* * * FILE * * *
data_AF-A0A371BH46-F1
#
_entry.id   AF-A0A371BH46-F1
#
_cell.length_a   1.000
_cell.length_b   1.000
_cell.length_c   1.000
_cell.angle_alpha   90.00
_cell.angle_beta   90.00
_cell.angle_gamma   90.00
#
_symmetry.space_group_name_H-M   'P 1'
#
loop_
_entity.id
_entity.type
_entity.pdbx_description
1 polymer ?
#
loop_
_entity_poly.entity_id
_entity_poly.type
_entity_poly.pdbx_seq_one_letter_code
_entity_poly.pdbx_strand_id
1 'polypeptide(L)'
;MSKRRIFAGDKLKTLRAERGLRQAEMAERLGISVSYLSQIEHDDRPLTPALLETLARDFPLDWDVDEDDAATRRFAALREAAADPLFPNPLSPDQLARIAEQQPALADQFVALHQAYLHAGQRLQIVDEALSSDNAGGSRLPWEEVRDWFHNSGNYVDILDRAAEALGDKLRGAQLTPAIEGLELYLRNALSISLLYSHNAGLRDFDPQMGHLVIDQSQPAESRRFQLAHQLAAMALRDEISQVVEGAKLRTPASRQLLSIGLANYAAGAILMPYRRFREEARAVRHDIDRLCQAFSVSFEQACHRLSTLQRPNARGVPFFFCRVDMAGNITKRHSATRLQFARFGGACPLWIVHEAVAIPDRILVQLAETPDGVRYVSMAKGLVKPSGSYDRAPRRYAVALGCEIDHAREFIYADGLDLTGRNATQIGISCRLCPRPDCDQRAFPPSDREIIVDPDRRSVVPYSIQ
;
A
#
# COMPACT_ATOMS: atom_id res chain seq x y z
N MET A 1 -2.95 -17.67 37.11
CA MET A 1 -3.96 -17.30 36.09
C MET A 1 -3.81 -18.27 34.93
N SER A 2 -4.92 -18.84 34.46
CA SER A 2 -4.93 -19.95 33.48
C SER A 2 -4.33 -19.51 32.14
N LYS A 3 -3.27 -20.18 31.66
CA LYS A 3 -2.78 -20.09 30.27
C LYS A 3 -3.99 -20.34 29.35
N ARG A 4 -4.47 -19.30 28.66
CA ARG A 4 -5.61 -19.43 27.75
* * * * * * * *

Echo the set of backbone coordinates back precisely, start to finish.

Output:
data_AF-A0A371BH46-F1
#
_entry.id   AF-A0A371BH46-F1
#
_cell.length_a   1.000
_cell.length_b   1.000
_cell.length_c   1.000
_cell.angle_alpha   90.00
_cell.angle_beta   90.00
_cell.angle_gamma   90.00
#
_symmetry.space_group_name_H-M   'P 1'
#
loop_
_entity.id
_entity.type
_entity.pdbx_description
1 polymer ?
#
loop_
_entity_poly.entity_id
_entity_poly.type
_entity_poly.pdbx_seq_one_letter_code
_entity_poly.pdbx_strand_id
1 'polypeptide(L)'
;MSKRRIFAGDKLKTLRAERGLRQAEMAERLGISVSYLSQIEHDDRPLTPALLETLARDFPLDWDVDEDDAATRRFAALREAAADPLFPNPLSPDQLARIAEQQPALADQFVALHQAYLHAGQRLQIVDEALSSDNAGGSRLPWEEVRDWFHNSGNYVDILDRAAEALGDKLRGAQLTPAIEGLELYLRNALSISLLYSHNAGLRDFDPQMGHLVIDQSQPAESRRFQLAHQLAAMALRDEISQVVEGAKLRTPASRQLLSIGLANYAAGAILMPYRRFREEARAVRHDIDRLCQAFSVSFEQACHRLSTLQRPNARGVPFFFCRVDMAGNITKRHSATRLQFARFGGACPLWIVHEAVAIPDRILVQLAETPDGVRYVSMAKGLVKPSGSYDRAPRRYAVALGCEIDHAREFIYADGLDLTGRNATQIGISCRLCPRPDCDQRAFPPSDREIIVDPDRRSVVPYSIQ
;
A
#
# COMPACT_ATOMS: atom_id res chain seq x y z
N MET A 1 -2.95 -17.67 37.11
CA MET A 1 -3.96 -17.30 36.09
C MET A 1 -3.81 -18.27 34.93
N SER A 2 -4.92 -18.84 34.46
CA SER A 2 -4.93 -19.95 33.48
C SER A 2 -4.33 -19.51 32.14
N LYS A 3 -3.27 -20.18 31.66
CA LYS A 3 -2.78 -20.09 30.27
C LYS A 3 -3.99 -20.34 29.35
N ARG A 4 -4.47 -19.30 28.66
CA ARG A 4 -5.61 -19.43 27.75